MORE: Election 2012: Photos from the Finish Line

27 comments
Sue_N
Sue_N

So, one of Obama's "big errors" was that (supposedly) no one knew what he was going to do in his second term (though, actually, we did: continue trying to pass and implement the policies blocked by the GOPers in his first term). Right?

And yet nowhere in your little bit of nothing do you indicate that one of Romney's big errors (maybe the biggest) was that nobody had a clue what he might do because he kept changing the story. Seriously, the man flip-flopped like a fish on dry land, changing positions almost daily and forcing his staff to do so much walking back that it should qualify as an Olympic event. And this was not a "big error" to you? This is not, perhaps, why he lost the damn race?

How about when he called almost half the American population a bunch of irresponsible moochers and losers? Think that might have hurt him? Maybe people just aren't comfortable with a president who has such deep contempt for them.

Then there was picking a back-bencher for his veep, a man known only for the granny-starving budget that bears his name. Or maybe it was his insistence on lying, and on continuing the lies even after he was called out on them. Repeatedly. Or that he surrounded himself with and took advice from the same folks who gave us the stellar success that was the Bush Administration. Or who invented an all new kind of math that uses imaginary figures known only to him.

Actually, the biggest thing he did wrong was just to be himself. Willard was a ridiculously horrible candidate, and the GOP should apologize to this country for being stupid enough to run him.

Jesus, you're a hack.

La_Randy
La_Randy

Mr Halperin, maybe it is time to move from the false, partisan, pundit reality that you have been living in. Calling the President a d__k, being totally wrong about everything involving this election and spouting beltway "wisdom" is getting old.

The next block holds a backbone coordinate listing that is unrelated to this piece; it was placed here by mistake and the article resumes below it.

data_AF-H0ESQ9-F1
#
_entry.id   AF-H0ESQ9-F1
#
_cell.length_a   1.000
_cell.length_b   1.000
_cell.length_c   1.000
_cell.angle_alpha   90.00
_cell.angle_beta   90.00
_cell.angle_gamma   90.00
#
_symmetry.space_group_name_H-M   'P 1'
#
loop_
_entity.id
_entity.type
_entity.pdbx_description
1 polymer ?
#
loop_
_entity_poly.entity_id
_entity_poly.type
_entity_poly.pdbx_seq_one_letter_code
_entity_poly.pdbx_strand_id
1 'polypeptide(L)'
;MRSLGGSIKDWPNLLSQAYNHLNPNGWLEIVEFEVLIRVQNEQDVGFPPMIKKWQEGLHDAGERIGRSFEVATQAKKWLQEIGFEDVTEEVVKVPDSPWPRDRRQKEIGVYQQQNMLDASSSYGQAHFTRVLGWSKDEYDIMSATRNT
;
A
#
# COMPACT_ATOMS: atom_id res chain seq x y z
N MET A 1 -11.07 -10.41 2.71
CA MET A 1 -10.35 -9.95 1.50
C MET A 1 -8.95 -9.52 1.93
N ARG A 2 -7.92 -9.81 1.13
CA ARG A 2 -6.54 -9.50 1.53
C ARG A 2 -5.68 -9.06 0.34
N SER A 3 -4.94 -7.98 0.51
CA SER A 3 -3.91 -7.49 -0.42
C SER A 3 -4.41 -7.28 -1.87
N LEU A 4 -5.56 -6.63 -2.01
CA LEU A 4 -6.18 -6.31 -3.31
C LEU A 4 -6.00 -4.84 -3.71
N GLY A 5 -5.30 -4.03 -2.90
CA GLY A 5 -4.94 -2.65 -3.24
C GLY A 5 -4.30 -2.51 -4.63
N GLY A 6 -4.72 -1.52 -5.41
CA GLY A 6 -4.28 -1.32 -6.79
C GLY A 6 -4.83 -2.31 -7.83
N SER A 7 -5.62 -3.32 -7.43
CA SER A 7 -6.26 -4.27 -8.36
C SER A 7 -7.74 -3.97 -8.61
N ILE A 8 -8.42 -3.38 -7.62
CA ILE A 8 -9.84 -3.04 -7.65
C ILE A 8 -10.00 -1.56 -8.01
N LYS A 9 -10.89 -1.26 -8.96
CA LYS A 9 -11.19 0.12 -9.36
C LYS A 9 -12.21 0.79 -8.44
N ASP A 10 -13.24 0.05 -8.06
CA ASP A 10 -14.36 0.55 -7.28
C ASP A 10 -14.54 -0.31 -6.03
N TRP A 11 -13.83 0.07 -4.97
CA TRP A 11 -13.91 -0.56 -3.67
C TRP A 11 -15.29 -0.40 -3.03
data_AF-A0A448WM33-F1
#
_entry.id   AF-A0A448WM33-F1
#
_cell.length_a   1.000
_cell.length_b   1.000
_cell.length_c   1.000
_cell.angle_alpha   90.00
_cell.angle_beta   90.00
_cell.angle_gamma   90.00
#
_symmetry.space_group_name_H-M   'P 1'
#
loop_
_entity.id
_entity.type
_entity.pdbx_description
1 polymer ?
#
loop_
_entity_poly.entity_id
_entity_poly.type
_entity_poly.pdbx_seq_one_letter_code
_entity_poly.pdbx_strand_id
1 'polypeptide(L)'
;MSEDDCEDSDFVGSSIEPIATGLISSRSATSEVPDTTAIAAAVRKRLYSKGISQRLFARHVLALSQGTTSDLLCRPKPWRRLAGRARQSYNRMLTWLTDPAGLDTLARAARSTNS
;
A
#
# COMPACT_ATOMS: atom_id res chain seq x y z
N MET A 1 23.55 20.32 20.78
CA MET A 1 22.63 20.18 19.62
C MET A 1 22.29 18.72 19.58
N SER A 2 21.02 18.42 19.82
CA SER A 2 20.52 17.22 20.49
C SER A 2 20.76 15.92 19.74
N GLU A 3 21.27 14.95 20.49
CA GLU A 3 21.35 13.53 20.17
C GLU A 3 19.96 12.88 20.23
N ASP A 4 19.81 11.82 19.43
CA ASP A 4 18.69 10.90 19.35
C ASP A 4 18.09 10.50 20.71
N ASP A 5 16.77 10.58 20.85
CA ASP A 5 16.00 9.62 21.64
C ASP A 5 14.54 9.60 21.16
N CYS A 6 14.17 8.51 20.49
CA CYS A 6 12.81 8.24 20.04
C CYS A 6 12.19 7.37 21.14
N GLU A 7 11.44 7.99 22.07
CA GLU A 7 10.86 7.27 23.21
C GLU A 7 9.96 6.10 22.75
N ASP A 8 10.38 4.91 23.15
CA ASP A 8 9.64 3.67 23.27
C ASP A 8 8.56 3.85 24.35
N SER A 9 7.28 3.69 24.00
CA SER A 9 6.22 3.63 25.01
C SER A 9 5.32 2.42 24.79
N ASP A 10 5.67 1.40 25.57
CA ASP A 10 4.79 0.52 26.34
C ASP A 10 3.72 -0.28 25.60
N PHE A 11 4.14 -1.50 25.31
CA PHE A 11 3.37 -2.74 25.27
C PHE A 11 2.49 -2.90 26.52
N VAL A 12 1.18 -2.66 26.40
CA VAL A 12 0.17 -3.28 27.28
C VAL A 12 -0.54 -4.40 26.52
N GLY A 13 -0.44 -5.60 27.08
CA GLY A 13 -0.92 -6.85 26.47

It is never to late to change, facts have meaning to the American people.

Use them!

Lompemann
Lompemann

'What @markhalperin did wrong' would've been a more interesting read. @TIME @TIMEPolitics

Inkpot
Inkpot

What Halperin's doing in this piece - and he reflects the way the television media reacted to the election - is to ignore Romney's lack of integrity as the main reason people didn't vote for him.  Romney's very serious integrity issues - and we all know what they are -- from BAIN to flip-flops --  were not swift boated on the American people by the Obama campaign. But again and again the media misses the point - ANYONE who looked in depth at Romney was scared to death of him and most of us were frustrated that the Obama people weren't forcing this stuff in people's faces further. In the long run the real story that seems to be evolving isn't that Romney not winning means the end of rich white guys getting elected; the real story that's taking shape is that without the laws supported by the Fairness Doctrine mandating our country's news coverage be credible, American news, owned and operated by rich, white guys desperate to promote their own kind - has ceased to be credible. American news, as of this election, is obsolete - and those rich, white guys who own the media are obsolete, too. 

b12davis
b12davis

considering the word "women" does not appear on this page, I don't put much stock in this article.  For the record, Romney and the right wing ilk will NEVER gain achieve the majority of votes from women unless they stop trivializing, patronising, and dismissing them.  Thank God this election women voted IN their own interests (and all ours) and not against their self-interests, as in the past.  Thank God for President Obama's obvious 'agenda' or 'plan' if you need to characterize it as such.  To those who support his policies, his values speak as any agenda or plan, since his decisions are based upon those values and they are shared by the majority of Americans.  He sticks up for everyman far more than anyone has in a long time, and that gets votes - the women's vote is just part of that.   And yes, I know there are 1% women - few, and fewer still who created their own wealth.

CerebralSmartie
CerebralSmartie

Mark Halperin

So then, would you agree that the  Obama message, simply put,  was Obama=Damage Control and Romney=More damage?

And the Romney message was "deflect and redirect blame " deflect blame way from Bush/Cheyney and GOP obstructionists and redirect blame to Obama. 

Or maybe that is too simplistic?

meddevguy
meddevguy

All right and wrong moves resonate. But for me three more of possibly even more import:

Campaigning and governing are two different tasks -- voters did not seem to care what either candidate had actually done, just what their ads, spokesman and debates said. Results and talent for the gig were not a winning hand. And campaigning is a full-time job -- leave the job you were elected to do to staffers.